What do you find most rewarding about writing?
No doubt the smile I see when someone relives a scene with excitement and animation. Recently, I sat on a two-hour flight next to a woman who’d read an early copy of the book, and she spent the entire flight recounting the experiences of the characters. She appeared so excited to tell me about the book, she probably forgot that I wrote it. Her exuberance was infectious, and I felt I’d done my job offering her solid entertainment. It’s very rewarding when someone enjoys something you spent years creating.
What do you find most challenging about writing?
I am way too much of a perfectionist when writing the rough draft. I find myself editing every stinking line of original material. I’ll spend all day on a chapter reading and rereading every sentence in the hope it’s perfect. That’s not what the rough draft is for! I would be doing myself a big favor if I’d just write from the heart and trust I’ll recapture that feeling during editing. I have a lot of storylines waiting in the wings, and I could get to them sooner if I quit editing while I write. Let me know if there’s a voodoo doll for that.
What advice would you give to people wanting to enter the field?
Trust me when I say there’s no right or wrong way to almost every aspect of writing. Regardless of what most books on the writing process tell you, no two people approach it the same. I have picked up a few very useful tips reading these texts but, by and large, you need to find what works for you. The only way to do that is to keep writing and capture that knowledge through repetitive efforts.
Another key tidbit is people should realize this industry, and the process of writing itself, moves at a glacial pace. If anyone thinks they’ll write a bestseller and get published in a couple of years is setting impossible timelines. I broke a few speeding records with my first book and it still took almost three years. The average I come across with some frequency is 7+ years from first sentence to a cover on Amazon. Don’t quit your job to become a rich and famous author. Plenty of folks I know work full time and publish. The words flow better if you don’t have to do it to keep the rent paid.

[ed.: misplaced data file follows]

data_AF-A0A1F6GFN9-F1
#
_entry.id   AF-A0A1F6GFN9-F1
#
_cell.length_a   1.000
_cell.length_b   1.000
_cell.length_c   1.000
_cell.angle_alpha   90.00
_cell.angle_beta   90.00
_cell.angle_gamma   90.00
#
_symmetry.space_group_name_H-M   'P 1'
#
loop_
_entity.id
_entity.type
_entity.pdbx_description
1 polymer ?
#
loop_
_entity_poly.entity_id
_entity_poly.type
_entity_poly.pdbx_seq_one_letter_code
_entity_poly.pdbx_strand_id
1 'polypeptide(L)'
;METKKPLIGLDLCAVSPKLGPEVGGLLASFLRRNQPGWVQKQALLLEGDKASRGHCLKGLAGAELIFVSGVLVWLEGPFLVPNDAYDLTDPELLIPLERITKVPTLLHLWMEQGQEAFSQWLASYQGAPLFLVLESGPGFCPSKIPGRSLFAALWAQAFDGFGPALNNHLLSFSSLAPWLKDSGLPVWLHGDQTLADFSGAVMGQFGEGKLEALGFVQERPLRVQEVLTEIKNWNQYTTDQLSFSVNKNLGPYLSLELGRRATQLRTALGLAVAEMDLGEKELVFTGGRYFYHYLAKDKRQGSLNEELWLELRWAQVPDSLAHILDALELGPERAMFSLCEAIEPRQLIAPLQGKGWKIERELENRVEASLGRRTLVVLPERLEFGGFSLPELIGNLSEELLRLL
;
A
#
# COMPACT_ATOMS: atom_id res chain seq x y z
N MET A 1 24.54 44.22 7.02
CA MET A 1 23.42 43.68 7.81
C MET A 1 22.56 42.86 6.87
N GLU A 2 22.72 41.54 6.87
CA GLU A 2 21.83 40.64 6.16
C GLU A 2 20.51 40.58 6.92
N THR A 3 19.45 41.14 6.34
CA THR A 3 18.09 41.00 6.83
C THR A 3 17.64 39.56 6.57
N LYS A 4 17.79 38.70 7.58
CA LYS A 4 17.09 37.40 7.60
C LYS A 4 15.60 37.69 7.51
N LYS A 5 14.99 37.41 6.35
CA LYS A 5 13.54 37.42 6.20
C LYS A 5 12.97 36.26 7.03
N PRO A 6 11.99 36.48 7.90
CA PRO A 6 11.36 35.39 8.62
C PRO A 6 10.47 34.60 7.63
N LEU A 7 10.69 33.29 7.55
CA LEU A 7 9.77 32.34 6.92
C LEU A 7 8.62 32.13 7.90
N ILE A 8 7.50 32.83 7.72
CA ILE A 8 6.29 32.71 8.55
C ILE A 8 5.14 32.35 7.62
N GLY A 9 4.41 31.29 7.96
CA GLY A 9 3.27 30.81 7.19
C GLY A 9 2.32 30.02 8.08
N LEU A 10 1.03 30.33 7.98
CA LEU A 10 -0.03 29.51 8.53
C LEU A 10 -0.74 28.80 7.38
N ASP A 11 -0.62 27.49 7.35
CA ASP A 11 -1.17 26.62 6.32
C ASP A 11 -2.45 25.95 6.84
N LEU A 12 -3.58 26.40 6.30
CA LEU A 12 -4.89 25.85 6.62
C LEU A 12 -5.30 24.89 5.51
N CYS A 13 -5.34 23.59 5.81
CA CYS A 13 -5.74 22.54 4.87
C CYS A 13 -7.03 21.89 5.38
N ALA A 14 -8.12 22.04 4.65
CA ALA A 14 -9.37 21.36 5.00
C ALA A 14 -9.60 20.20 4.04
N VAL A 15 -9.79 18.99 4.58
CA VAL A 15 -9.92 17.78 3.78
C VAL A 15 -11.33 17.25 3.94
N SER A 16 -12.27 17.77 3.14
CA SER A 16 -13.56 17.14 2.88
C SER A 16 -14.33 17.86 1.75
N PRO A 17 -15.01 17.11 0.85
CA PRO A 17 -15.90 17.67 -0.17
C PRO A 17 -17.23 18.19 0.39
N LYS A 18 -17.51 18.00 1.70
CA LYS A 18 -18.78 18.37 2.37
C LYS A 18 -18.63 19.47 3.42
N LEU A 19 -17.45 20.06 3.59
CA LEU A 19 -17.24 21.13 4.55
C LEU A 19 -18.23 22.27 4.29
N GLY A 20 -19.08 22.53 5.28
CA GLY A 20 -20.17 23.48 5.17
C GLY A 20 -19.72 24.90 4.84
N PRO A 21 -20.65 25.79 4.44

What type of books do you enjoy reading?
Besides those in my genre, I’m really drawn to well-written biographies. I’ve always been a big history buff and reading about the lives of well-known figures in history hooks me hard. Lately, I’ve been drawn to important historical figures from the renaissance era.
Is there anything else besides writing you think people would find interesting about you?
I drew upon my experience in martial arts for both the protagonist and some of the fight scenes. I have a black belt in Tae Kwon Do and advanced training in Kempo. I’m undefeated in five years of combat competition. I got to recall how cool I used to be in my younger days, lol. Now everything just hurts.
What are the best ways to connect with you, or find out more about your work?
My website is a good start. http://www.mikehoutz.com
You can read other articles and interviews, find out where I’m heading next for future conferences and other engagements, and sign-up for my monthly newsletter to learn more about the inside secrets of the book and future releases.
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up his stethoscope and pursue his other passion as a writer of
fast-paced thrillers. A rabid fan of authors such as Clancy, Mark
Greaney, Vince Flynn, and Brad Thor, Mike loves series writing with
strong characters, fast pacing and international locations, all of which
explode into action in his debut novel, a 2017 Zebulon Award winner.
When not at the keyboard, he can be found on the firing range, traveling
for research across the globe, or trying out the latest dry-fly pattern
on a Gold Medal trout stream.He lives at the foothills of the Rocky Mountains in Colorado.
His latest book is the thriller/international/action novel, Dark Spiral Down.